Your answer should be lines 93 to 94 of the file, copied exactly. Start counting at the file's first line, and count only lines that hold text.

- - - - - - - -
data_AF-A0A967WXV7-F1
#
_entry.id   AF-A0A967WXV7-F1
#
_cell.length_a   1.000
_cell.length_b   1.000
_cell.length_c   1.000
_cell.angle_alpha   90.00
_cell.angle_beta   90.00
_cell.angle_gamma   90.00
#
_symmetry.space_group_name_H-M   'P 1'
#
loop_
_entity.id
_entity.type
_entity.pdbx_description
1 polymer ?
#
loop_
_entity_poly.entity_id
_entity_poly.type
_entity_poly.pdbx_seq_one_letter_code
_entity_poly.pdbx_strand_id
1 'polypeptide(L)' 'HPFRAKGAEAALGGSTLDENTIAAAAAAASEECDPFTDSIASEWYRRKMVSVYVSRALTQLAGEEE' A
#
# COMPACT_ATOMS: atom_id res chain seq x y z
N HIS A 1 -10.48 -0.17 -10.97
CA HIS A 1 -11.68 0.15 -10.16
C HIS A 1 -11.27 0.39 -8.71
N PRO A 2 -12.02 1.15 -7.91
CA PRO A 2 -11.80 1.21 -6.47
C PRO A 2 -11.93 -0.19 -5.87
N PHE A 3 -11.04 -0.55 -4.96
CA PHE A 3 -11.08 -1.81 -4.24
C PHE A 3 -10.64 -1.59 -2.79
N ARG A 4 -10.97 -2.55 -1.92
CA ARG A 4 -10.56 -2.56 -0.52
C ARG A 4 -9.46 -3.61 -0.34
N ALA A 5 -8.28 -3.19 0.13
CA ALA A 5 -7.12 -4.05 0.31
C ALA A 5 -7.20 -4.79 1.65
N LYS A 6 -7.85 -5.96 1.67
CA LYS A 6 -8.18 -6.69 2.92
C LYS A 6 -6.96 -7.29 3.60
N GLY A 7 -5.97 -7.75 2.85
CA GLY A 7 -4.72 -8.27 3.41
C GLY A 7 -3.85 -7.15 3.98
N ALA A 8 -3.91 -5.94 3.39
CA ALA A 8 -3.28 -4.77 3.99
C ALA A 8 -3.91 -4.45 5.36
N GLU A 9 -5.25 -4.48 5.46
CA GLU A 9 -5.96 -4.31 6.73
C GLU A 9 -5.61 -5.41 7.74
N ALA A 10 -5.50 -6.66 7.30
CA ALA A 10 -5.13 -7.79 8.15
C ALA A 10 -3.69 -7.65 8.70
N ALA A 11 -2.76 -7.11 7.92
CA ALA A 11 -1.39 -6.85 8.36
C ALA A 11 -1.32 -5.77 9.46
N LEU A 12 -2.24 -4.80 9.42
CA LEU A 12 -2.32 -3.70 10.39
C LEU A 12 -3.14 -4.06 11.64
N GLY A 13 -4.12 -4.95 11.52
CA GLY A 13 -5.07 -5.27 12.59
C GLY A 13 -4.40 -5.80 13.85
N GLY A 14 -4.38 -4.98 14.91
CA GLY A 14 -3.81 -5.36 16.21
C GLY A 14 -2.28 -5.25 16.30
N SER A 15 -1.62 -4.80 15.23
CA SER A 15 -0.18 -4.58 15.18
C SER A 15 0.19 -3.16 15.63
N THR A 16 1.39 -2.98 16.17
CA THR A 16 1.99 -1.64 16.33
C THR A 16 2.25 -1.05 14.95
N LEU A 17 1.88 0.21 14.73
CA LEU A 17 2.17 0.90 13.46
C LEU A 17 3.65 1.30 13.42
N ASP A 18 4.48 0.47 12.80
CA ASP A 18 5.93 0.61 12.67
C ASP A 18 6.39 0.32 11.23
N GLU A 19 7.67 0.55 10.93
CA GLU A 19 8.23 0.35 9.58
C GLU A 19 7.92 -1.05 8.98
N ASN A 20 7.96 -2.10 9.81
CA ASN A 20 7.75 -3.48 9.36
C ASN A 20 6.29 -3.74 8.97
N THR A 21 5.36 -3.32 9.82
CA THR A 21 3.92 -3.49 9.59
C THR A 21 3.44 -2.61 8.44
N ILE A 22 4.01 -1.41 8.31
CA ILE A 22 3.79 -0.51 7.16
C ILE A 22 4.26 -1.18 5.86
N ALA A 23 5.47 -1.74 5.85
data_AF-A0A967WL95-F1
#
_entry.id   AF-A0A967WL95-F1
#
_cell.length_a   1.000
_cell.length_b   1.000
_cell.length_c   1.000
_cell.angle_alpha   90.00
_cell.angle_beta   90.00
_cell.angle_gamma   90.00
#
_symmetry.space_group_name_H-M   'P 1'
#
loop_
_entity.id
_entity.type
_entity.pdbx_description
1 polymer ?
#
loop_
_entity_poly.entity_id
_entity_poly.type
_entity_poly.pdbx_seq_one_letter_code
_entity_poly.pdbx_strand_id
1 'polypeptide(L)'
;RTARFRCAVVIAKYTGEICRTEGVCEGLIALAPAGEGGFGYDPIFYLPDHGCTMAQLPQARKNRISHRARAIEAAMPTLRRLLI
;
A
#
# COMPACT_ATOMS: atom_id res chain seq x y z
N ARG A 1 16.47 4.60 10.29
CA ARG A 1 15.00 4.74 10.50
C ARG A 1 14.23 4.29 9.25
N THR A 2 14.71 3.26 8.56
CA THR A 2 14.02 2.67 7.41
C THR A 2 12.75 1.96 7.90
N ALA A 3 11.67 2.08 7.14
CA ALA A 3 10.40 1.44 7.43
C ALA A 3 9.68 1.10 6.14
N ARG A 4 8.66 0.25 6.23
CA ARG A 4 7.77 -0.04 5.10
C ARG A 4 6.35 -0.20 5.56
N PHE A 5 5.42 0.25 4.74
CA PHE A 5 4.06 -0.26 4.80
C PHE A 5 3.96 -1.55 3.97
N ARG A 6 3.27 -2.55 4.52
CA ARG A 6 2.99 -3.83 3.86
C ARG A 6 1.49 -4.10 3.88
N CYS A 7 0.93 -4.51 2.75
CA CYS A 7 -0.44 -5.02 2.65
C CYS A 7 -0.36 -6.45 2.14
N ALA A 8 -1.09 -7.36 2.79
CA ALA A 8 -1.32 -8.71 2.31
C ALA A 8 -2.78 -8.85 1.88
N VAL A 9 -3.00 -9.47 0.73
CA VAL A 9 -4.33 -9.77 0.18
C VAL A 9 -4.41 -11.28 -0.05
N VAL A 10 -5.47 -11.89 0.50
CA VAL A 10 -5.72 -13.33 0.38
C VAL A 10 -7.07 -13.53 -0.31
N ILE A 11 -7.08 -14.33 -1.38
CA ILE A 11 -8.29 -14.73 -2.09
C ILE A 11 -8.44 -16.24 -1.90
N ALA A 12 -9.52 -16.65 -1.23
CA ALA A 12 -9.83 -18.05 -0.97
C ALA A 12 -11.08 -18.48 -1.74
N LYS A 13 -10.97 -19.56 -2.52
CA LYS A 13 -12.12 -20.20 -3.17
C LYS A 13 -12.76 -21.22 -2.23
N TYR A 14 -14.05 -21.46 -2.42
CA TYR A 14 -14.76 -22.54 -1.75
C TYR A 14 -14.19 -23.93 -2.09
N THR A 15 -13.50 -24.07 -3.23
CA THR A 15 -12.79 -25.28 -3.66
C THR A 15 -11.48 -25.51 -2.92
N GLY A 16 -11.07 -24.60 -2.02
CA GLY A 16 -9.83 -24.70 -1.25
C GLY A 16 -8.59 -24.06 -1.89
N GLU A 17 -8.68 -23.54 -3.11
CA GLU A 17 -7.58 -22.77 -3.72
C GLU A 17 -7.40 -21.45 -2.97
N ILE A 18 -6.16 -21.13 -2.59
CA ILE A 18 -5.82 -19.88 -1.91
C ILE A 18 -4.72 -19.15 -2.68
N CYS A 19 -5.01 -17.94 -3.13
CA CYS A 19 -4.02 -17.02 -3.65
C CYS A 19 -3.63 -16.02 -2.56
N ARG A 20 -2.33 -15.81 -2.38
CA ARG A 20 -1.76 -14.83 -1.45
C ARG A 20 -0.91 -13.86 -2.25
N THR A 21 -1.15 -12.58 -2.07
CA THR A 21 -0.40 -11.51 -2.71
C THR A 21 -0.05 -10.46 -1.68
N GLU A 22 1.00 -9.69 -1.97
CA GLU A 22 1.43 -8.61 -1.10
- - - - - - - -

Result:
C ILE A 22 4.26 -1.18 5.86
N ALA A 23 5.47 -1.74 5.85